In October, Reed Press, headed by former PW/LJ/SLJ publisher Fred Ciporen, will release its first book, The Complete Book of Oscar Fashion. To find out more about Reed Press and its list, PW visited Ciporen in his comfortable office several floors above our own.

PW: What's the general feel of Reed Press's list?

Fred Ciporen: We have a diversified list because we have a lot of diversified magazines. The Oscar fashion book is the first one, with the Variety imprint. Our mission statement allows us to be as diversified as Random House is.

PW: What do you think the reception will be for the Oscar fashion book?

FC: It's interesting. At one point, the Oscars were about stars and just seeing famous people. Then it became all about the red carpet, stars and what they wore. The Oscars have brought Hollywood and the fashion industry closer. So this book lives in both worlds. A lot of people who've seen the book just love going through the pictures. It's a very good holiday gift book.

PW: How will Reed Business Information's magazines be involved with Reed Press's books?

FC: The imprints—off the magazines—are the assets of the corporation. The advantage we have as a publishing house is that the magazines have four million readers, but they're niched. So we could get a book out on, for example, tools, for the construction industry. We're also looking at books off of Interior Design [another RBI magazine], about interior design in the '40s, '50s and '60s.

PW: Are all of Reed Press's books going to be tied to RBI magazines?

FC: No. We have just signed Walter Laqueur's forthcoming book. He's one of the world's foremost historians and experts on terrorism and has a very exciting book called Jerusalem and the End of Zionism. We have a series of books coming out that are directed at the Hispanic market, a book on how to become financially literate and a book on New York education reform by Andy Wolf, who writes a column in the New York Sun. And we're trying to build backlist.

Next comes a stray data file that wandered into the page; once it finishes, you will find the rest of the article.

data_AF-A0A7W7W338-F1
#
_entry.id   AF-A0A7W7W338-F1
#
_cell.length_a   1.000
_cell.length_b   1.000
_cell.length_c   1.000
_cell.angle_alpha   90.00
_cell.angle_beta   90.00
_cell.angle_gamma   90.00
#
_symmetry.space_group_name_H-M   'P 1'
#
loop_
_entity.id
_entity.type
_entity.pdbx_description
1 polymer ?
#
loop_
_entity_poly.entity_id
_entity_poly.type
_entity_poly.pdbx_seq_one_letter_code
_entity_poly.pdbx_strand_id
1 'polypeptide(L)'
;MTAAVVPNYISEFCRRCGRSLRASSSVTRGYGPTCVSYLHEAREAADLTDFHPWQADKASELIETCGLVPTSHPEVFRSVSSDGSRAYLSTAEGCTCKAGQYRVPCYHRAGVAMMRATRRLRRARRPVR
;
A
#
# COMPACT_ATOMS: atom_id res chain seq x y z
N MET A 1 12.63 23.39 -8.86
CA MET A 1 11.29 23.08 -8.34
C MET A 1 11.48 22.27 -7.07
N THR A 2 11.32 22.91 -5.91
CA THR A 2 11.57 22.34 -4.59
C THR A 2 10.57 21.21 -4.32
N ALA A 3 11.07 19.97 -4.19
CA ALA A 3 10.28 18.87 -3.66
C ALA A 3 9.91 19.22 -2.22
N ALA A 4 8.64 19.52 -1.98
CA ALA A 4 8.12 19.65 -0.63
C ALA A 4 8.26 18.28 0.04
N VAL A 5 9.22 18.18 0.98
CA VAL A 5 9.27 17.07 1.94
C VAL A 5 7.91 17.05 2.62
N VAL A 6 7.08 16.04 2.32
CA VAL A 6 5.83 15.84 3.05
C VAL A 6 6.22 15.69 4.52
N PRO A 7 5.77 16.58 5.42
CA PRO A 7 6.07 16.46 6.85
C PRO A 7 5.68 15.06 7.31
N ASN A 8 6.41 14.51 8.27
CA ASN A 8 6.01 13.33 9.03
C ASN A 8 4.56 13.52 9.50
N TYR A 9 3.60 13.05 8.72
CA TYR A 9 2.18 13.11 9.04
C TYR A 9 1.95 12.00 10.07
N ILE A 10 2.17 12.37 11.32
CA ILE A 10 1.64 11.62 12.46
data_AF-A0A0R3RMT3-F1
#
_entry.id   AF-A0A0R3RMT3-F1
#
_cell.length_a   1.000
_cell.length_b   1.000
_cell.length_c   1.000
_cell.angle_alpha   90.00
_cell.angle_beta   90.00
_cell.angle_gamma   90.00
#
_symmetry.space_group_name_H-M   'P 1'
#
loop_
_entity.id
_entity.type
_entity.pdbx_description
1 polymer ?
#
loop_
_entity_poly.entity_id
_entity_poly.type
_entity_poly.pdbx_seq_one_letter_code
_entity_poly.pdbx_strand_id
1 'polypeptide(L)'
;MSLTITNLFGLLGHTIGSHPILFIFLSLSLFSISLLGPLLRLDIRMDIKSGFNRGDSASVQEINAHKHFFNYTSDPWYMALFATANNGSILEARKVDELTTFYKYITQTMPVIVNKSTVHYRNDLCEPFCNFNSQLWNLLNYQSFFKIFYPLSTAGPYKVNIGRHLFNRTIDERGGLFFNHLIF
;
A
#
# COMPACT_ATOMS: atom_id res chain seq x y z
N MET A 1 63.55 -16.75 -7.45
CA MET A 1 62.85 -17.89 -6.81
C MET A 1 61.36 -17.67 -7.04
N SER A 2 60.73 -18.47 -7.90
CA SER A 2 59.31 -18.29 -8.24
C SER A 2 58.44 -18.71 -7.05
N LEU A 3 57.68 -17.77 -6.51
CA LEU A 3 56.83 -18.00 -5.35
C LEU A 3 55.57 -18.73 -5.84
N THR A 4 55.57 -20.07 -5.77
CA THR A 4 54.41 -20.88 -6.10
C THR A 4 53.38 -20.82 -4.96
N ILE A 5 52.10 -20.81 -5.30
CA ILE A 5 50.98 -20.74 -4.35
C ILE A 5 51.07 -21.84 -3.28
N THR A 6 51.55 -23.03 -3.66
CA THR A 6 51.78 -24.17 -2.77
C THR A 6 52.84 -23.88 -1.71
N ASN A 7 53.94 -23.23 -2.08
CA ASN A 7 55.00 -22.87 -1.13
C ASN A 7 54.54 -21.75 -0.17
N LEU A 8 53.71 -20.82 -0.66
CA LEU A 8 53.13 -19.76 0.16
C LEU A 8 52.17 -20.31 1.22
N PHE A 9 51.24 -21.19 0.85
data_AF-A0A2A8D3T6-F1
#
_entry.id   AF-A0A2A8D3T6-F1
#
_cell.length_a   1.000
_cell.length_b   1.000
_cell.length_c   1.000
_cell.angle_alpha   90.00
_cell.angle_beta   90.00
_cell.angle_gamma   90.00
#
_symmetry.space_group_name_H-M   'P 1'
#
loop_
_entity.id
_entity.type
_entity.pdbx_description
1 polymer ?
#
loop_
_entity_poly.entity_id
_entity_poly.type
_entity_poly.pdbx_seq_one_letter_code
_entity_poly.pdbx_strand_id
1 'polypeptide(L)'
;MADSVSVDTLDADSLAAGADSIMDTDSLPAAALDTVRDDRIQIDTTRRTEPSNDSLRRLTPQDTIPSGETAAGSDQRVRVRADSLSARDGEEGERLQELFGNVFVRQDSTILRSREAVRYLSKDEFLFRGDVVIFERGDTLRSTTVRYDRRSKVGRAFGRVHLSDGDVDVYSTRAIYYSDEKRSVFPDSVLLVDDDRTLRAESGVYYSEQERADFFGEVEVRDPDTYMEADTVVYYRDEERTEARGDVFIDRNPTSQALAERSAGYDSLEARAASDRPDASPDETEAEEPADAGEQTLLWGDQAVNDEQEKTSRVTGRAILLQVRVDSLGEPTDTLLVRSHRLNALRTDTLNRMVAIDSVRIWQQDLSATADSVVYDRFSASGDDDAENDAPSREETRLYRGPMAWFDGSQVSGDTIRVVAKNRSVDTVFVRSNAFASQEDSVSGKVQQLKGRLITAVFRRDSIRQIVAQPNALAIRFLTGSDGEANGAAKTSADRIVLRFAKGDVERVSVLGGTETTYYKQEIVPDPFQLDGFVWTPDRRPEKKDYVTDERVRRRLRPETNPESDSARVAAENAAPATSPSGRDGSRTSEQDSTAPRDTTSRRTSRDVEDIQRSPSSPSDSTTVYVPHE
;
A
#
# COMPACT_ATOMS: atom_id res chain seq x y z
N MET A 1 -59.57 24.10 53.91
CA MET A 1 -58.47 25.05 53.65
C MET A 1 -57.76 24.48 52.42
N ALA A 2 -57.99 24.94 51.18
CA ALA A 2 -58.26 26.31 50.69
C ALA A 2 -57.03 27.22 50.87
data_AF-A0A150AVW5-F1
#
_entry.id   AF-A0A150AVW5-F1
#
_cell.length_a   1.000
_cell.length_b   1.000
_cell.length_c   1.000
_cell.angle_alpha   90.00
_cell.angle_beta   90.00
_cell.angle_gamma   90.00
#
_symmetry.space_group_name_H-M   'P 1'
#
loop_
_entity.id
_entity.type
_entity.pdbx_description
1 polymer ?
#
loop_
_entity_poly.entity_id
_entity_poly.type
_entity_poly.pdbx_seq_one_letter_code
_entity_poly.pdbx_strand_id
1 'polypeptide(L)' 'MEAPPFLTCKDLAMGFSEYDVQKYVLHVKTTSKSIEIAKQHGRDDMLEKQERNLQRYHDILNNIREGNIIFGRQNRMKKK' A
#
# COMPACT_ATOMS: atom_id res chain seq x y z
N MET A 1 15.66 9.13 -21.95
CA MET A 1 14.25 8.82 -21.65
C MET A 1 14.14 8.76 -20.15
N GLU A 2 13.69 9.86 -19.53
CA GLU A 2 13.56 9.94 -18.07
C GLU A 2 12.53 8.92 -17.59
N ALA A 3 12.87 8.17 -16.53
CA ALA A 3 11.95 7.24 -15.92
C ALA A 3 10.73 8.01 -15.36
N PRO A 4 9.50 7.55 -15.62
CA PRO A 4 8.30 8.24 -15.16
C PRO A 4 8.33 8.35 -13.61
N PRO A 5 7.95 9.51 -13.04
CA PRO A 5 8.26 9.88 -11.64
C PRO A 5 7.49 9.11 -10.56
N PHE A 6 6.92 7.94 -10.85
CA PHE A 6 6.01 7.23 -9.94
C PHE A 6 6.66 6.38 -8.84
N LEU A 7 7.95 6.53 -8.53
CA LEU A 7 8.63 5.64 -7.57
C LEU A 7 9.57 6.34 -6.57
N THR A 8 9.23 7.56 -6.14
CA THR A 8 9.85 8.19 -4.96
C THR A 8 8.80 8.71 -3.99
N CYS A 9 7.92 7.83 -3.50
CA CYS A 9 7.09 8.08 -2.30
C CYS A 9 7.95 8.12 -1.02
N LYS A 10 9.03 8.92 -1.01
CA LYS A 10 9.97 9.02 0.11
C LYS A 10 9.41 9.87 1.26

PW: What's it like moving from being publisher of PW, Library Journal and School Library Journal to being publisher of a publishing house?

FC: The most striking thing is that book publishing is a very slow business. It's administratively very intense. Every book needs a business plan, a contract, and it takes so long to produce a product. Everything about it is slow. The difference between being publisher of one house and being publisher of a publication that visits many houses is that you get more information [when you're visiting many houses]. On the other hand, in book publishing, the kick is being able to publish something that can make a difference. You can find something that you would say with pride, "We publish this." With a magazine, you feel that pride every week. But I couldn't deviate from the mission of Publishers Weekly. With [book publishing] I can. I can entertain, or I can get into national politics.

Editorial is a very powerful tool. Just by what it does—it selects and prioritizes, and it sets what the agenda is. I know of no more powerful editorial tool than the Op-Ed page of the New York Times. Being involved in editorial to me has always been very exciting. I don't miss the corporate end of having to do the magazines. Sometimes when some event happens, I miss being able to talk to the people in the industry. And I miss seeing how Publishers Weekly might be able to help solve a problem or lubricate the channels of distribution. But it's very nice just kind of minding your own business.

PW: When you were head of the magazines, you always spoke about listening to the market and letting the market make the decisions that we were going to respond to. Are you following the same philosophy now?

FC: Very much. We want to publish according to the demand. I do find what was easier for me to do as a publisher of the magazines was to tell people how to market. It's much harder to execute that. But I believe that the market will tell you what to sell it, if you listen.